— The History of the Great Irish Famine of 1847 (3rd ed.) (1902) - With Notices Of Earlier Irish Famines • John O'Rourke

... love in death would be! Easier to love, we so should find. It is than to be just and kind. She's gone: shut close the coffin-lid: What distance for another did That death has done for her! The good Once gazed upon with heedless mood, Now fills with tears the famish'd eye, And turns all else to vanity. 'Tis sad to see, with death between, The good we have pass'd and have not seen! How strange appear the words of all! The looks of those that live appal. They are the ghosts, and check the breath: There's no reality but death, ...
— The Victories of Love - and Other Poems • Coventry Patmore

... thou known the worth of heaven's rich gift, Thou wouldst have turn'd it to a truer use, And not with starv'd and covetous ignorance, Pined in continual eyeing that bright gem, The glance whereof to others had been more, Than to thy famish'd mind the wide world's store: So wretched is it to be merely rich! Witness thy youth's dear sweets here spent untasted, Like a fair taper, ...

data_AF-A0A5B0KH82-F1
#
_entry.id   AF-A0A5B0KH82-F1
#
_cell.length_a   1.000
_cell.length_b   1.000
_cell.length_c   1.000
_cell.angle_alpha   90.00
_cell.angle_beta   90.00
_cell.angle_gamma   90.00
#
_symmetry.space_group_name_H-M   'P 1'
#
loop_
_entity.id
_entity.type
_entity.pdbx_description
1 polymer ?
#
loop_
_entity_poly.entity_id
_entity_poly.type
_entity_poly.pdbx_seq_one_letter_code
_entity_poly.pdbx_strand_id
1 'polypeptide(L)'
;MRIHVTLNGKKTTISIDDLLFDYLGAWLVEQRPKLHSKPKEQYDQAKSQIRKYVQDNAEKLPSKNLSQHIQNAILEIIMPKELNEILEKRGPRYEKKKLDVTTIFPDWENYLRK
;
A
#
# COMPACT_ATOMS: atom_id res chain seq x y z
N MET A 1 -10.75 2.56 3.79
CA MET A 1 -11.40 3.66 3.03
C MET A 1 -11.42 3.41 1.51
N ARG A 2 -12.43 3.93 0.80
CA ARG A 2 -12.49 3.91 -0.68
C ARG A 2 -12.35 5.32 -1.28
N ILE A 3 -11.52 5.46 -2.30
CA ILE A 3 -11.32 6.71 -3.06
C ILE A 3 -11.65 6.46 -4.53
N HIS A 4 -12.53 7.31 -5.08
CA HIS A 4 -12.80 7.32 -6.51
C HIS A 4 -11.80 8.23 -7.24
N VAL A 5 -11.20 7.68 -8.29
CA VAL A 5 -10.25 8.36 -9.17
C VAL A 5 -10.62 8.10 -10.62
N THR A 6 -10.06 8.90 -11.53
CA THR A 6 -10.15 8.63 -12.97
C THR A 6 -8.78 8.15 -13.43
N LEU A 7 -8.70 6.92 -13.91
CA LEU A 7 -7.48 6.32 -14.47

— Cynthia's Revels • Ben Jonson

... an ample vale a mountain rose, 65 Low at its base her fainting form she throws; "And here, my child, (she cried, with panting breath) "Here let us wait the hour of ling'ring death: "This famish'd bosom can no more supply "The streams that nourish life, my babe must die! 70 "In vain I strive to cherish for thy sake "My failing strength; but when my heart-strings break, "When my chill'd bosom can no longer warm, "My stiff'ning arms no more ...
— Poems (1786), Volume I. • Helen Maria Williams



Words linked to "Famish" :   kick the bucket, pop off, exit, buy the farm, pass, cash in one's chips, go, give-up the ghost, be full, die, starve, drop dead